High Frequency Trading: Man vs. Machine

High frequency trading has existed for several years, but recently the trading strategy has come under a lot of added scrutiny. Traders utilize computer algorithms and lightning fast data connections to receive data and place trades at intervals quicker than the average trader. When you and I place trades online, a confirmation is generated in under a second. A second is way too slow for these guys.

There’s nothing illegal about somebody devising a system to buy and sell stocks at a faster rate, but many people see something wrong with HFT. A lot of these people blame HFT for causing some major market “glitches”. Which “glitches” am I referring to? I’ll list a few:

  • Flash crash – May 6, 2010 “at 2:42 pm, with the Dow Jones down more than 300 points for the day, the equity market began to fall rapidly, dropping an additional 600 points in 5 minutes for an almost 1000 point loss on the day by 2:47 pm. Twenty minutes later, by 3:07 pm, the market had regained most of the 600 point drop.”
  • Facebook IPO debacle – “The debut was delayed for 30 minutes because of technical difficulties. That was followed, according to a source familiar with the matter, with an “overwhelming influx of orders” to buy, sell and cancel trades causing Nasdaq’s trading software to go haywire.”
  • Knight Capital system errors – This is an example of HFT gone wrong. Knight Capital had installed a software upgrade overnight and on the next day, months worth of trades were executed in 15 minutes and left the firm considering bankruptcy. “The algorithmic error caused erratic trading activity and left the firm with billions of dollars in unwanted securities.”

Even if you feel that HFT trading is perfectly acceptable and a natural progression of our society and the use of computers, you have to realize that as a “regular guy”, there’s no way that you could ever beat HFT. These algorithms analyze data and react and a speed that can never be matched by a human. As a trader myself, I witness HFT every day, but it wasn’t until I viewed this infographic that I actually realized just how fast it is:

high frequency trading infographic

READERS: How do you feel about HFT trading? Do you think it should regulated more or banned all together? Has HFT affected you in any manner? Facebook? Flash crash? 

 

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About JW

Trader for 14 years. Series 7 & 63 licensed. Masters in Financial Management. Teacher of 100+ hours of financial education classes.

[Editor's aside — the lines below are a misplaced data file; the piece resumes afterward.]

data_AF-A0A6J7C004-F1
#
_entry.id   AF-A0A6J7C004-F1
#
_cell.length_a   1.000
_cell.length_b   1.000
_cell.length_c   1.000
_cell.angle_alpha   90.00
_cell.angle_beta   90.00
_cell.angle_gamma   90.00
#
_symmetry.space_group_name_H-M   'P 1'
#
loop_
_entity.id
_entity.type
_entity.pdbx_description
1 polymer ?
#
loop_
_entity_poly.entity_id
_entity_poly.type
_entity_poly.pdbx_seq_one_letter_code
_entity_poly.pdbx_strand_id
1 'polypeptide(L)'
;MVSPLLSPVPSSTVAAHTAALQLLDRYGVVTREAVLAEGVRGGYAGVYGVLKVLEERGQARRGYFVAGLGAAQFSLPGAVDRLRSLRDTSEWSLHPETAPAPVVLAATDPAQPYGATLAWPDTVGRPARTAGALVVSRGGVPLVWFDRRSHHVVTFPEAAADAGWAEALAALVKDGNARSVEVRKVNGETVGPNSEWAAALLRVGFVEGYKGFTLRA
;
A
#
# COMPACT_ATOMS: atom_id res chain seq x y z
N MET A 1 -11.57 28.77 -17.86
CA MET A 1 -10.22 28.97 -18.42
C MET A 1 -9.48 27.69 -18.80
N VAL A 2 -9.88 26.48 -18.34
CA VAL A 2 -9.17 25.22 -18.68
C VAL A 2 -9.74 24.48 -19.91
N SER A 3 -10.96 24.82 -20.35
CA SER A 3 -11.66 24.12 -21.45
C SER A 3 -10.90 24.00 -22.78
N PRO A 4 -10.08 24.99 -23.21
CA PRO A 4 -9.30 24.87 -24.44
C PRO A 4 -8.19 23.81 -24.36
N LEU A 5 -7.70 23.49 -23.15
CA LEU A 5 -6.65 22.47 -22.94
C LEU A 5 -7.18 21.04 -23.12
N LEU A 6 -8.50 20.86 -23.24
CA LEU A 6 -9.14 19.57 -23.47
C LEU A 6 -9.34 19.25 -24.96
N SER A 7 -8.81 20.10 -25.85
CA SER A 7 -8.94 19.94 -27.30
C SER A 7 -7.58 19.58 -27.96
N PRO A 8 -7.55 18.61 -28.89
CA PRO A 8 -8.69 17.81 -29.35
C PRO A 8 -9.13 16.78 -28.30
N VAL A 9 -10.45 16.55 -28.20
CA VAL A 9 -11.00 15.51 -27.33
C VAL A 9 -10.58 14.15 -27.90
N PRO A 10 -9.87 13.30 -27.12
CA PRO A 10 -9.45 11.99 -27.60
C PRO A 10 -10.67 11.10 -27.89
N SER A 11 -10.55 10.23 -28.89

Comments

  1. JW, another great article and infographic! I’m not a trader so my opinion is only based on my gut. With that said, I think HFT should be more regualted. With the amount of trades they can execute it really changes the flow of the stock market.

    Haven’t some stocks crashed way too fast because of high selling? And this was humans selling. What impact does HFT have on that? Wouldn’t it crash faster?

  2. Some stocks have definitely been affected by HFT. On the day of the Facebook IPO, there were major NASDAQ system issues during the first 15 minutes of trading. This happened because millions of orders were modified/cancelled just seconds before the stock opened for the day.

    This has nothing to do with where Facebook is trading today, but the stock was negatively affected on day one. A lot of people speculate that it never received that initial hype induced bounce, because nobody could get confirmation of their buys/sells.

    • I wonder how high it would’ve gotten if it had that initial hype. You don’t think that affected the current price? Like if it had gone higher maybe it wouldn’t be as low as it is today.

      • I think the price was definitely affected by the Nasdaq issues. Nasdaq allows for cancellations and modification of orders up until the time that the stock is to begin trading.

        Every time the opening price of FB was adjusted, millions of orders were modified. Of course, when this happened millions more orders were altered. All of these modifications/cancels caused the system to bottleneck. This resulted in the delayed reporting of many buys and if you didn’t know you bought the shares, you could not sell them. Some people didn’t find out they had purchased FB until days later.

        I think the stock still would have dropped because of Facebook’s poor mobile revenue numbers. As you said though John, it may not have dropped into the teens had it started higher.

  3. I think the system is working correctly: Facebook and NASDAQ are suffering lawsuits, while Knight Capital is getting the downside of not completely testing systems before activating them. I think HFT is higher risk/higher reward, right? Higher reward also can mean higher losses.

    • For the most part, I agree that it’s working Joe. Recently though, the NYSE has been found guilty of allowing access to HFT before others. This is not acceptable as it creates an uneven marketplace.

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